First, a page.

February 2nd, 2010

Guy Carpenter Asia-Pacific Climate Impact Centre Publishes New Report on Thermodynamic Control on the Climate of Intense Tropical cyclones

Posted at 7:23 PM ET

The Guy Carpenter Asia-Pacific Climate Impact Centre, a joint initiative of Guy Carpenter & Company, LLC, the leading global risk and reinsurance specialist, and the City University of Hong Kong, has published a new paper on how thermodynamic factors influence the development of intense tropical cyclones around the world. According to the paper, thermodynamic factors (the conversion of different forms of energy such as sea surface temperatures, temperature outflow and tropospheric energy) affect tropical cyclone intensity differently in each of the world’s ocean basins. Tropical cyclones are defined as being ‘intense’ when sustained wind speeds exceed 110 mph (177 kmph), and the report indicates that thermodynamic factors have a particular influence on tropical cyclone intensity in the Atlantic basin.

The significant findings of the paper are:

  • The impact of thermodynamic factors on tropical cyclone intensity can be measured by examining the relationship between the maximum potential intensity (MPI) of tropical cyclones and the average formation of intense tropical cyclone in a given basin.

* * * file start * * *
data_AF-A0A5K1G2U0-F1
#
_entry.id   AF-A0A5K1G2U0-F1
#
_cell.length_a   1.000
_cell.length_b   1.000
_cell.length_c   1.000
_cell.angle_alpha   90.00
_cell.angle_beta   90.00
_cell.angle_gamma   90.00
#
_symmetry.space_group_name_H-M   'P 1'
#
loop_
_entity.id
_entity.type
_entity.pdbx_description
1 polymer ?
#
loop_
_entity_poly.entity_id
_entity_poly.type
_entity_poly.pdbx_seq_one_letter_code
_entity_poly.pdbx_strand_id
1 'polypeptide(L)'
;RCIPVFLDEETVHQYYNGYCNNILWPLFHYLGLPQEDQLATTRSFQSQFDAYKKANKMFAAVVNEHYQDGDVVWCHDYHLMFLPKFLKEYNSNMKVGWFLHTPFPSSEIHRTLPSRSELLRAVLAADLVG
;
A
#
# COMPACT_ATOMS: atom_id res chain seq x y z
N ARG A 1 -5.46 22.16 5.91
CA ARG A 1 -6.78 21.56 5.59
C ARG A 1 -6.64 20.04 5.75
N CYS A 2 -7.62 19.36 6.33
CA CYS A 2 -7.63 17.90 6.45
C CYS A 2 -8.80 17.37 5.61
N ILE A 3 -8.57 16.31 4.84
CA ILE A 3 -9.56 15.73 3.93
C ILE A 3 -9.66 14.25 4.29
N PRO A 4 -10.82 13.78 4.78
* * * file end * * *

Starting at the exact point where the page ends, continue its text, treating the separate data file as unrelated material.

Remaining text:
• Using this methodology, the report concludes that the Atlantic basin is the only region where thermodynamic factors have a significant impact on the number of intense tropical cyclones. However, dynamic factors such as wind shear also play an important role.
  • In all other ocean basins, there is no thermodynamics/tropical cyclone intensity correlation, or the correlation is not statistically significant, because dynamic factors are more dominant.
  • The main reason in explaining the difference lies in the unique way tropical cyclones develop in the Atlantic, where thermodynamic factors are important in providing the necessary energy for tropical cyclone development.
  • As it is generally accepted that thermodynamic energy is likely to increase with global warming, some models predict that the number of intense tropical cyclones will rise in the future, particularly in the Atlantic. However, it remains unclear how dynamic factors such as wind shear will be affected by climate change.
  • Therefore, more research into how climate change will affect dynamic factors and ocean conditions (e.g. the frequency of El Niño events) is required before definitive conclusions can be drawn on how global warming will impact tropical cyclone intensity.

Please click here to download the full report or go to http://www.cityu.edu.hk/gcacic/   for more information on the Guy Carpenter Asia-Pacific Climate Impact Centre.

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